I thought all the members of the McGill family had very vivid personalities. In fact, I actually felt Chase was the least interesting one. I often wished the narrative could follow Noah when he ran away, or Gideon to deaf-school or let us see what was going on in Claudia’s head. Chase’s conversations with Noah did remind me of heart-to-hearts I’ve had with my sister and when he was overly dramatic (which was often), I felt pretty embarrassed because I remember being just as dramatic back then. It was realistic for the type of kids they were and the type of relationship they had, but as someone older, looking back at that time, I really wanted Chase to just cool it sometimes. However, I did not have a problem with the Camus quotes. In my experience of being part of a large family, you like to have things that only you share and understand. I don’t think it matters whether it’s lines from a cartoon or a French philosopher, what matters is that it’s a ‘thing’ between you all.

As for the love triangle that’s featured in the blurb, it’s more weird than sexy. I felt that the story was unkind to Melinda, or as it’s from Chase viewpoint, I should say that I thought Chase was very unkind to Melinda. This might be an unusual opinion, because Melinda dallying with Chase is completely inappropriate, but something terrible has happened to her and I felt that there was a distinct lack of sympathy from the boys. Maybe it’s because I’m female, but I felt that what Melinda had suffered was the bigger deal in all that.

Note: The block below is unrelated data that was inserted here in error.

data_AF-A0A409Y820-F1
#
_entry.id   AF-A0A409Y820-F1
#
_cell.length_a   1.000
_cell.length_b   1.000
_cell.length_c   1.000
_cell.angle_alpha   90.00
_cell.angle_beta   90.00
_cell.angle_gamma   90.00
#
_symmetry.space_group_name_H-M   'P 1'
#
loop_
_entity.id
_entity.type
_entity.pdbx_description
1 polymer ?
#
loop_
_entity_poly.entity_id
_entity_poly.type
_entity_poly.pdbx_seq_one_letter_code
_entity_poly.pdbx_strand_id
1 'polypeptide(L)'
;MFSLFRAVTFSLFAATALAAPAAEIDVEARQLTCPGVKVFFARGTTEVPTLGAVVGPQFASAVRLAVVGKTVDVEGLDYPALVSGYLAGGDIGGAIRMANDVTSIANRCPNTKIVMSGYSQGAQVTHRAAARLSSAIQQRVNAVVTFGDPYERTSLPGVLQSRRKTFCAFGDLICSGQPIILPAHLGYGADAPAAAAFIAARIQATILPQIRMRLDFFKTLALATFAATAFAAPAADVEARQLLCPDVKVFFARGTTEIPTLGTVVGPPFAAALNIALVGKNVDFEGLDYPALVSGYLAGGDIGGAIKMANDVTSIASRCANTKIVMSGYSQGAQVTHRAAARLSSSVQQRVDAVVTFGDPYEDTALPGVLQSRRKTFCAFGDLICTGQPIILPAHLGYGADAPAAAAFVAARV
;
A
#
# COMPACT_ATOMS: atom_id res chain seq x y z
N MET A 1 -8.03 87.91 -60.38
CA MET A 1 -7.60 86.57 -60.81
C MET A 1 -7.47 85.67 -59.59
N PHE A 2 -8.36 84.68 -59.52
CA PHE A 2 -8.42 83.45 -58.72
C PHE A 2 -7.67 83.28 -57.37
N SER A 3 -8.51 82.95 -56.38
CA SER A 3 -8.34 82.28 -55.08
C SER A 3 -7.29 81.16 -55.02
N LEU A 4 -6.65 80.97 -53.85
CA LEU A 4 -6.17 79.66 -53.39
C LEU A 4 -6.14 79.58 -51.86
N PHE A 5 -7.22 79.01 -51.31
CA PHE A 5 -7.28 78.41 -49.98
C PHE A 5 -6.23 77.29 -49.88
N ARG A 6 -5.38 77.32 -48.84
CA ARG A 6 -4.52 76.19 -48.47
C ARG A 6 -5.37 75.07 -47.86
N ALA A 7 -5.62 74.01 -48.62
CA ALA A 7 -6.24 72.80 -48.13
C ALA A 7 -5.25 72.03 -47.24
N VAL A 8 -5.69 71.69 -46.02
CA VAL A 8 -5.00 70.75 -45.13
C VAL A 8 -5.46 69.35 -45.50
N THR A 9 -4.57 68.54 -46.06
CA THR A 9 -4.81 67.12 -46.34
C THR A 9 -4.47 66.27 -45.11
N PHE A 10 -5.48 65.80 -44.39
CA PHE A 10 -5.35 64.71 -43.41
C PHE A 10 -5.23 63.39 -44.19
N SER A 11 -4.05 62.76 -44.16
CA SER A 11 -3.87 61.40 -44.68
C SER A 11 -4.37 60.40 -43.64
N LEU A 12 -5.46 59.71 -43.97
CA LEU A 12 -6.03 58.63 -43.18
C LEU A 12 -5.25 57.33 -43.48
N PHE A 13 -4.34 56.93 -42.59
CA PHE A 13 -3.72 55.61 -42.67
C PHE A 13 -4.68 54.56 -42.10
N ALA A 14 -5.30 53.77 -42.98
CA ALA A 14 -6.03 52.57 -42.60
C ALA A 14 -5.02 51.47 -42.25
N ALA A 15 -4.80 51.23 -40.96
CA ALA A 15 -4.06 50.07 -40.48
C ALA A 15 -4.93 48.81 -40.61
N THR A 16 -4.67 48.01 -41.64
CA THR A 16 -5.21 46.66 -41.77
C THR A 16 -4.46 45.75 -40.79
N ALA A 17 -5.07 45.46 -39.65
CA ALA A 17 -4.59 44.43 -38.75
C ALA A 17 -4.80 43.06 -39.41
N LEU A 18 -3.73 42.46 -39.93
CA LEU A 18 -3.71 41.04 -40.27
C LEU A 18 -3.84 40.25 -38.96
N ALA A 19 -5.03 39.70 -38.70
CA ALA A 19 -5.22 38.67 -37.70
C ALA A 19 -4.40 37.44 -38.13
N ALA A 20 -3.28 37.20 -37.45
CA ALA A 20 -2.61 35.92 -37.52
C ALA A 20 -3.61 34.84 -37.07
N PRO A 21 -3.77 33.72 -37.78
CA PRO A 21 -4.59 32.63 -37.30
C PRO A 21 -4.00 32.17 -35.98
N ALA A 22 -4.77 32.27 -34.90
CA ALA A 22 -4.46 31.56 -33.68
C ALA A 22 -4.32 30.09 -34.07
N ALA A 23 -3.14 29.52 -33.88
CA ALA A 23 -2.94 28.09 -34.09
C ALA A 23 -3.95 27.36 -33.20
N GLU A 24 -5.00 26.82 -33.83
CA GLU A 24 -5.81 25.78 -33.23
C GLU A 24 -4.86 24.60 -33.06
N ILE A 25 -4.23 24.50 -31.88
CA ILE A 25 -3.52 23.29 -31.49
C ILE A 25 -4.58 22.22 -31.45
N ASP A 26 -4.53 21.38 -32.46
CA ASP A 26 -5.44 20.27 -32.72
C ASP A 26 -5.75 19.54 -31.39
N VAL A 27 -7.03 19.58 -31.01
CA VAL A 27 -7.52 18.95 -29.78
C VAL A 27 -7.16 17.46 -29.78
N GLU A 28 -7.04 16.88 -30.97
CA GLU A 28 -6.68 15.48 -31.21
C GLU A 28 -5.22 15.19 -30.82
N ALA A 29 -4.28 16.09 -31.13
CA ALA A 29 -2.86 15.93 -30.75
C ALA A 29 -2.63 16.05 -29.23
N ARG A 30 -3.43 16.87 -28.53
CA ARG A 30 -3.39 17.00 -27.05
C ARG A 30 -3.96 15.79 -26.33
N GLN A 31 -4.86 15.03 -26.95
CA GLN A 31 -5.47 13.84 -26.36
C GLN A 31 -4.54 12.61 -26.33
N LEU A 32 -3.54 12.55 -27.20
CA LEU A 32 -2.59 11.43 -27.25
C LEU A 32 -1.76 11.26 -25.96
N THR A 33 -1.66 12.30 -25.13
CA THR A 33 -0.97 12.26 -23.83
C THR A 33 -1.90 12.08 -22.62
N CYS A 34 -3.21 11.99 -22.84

In hindsight, the tragedy that occurs in the novel was foreshadowed throughout – there’s this underlying tension always bubbling; you always feel that something is going to happen. Still, I bawled my eyes out. I’d taken the characters to heart and I hated to see that happen to them. Surprisingly, though, I don’t think it ended on a downer as such. Somehow, you feel, the McGill family will still go on.

Rating: 4 stars

Friday, 20 May 2011

Book Blogger Hop

This week I'm taking part in the Book Blogger Hop, hosted by Crazy for Books.

Book Blogger Hop 

 "If you were given the chance to spend one day in a fictional world (from a book), which book would it be from and what would that place be?"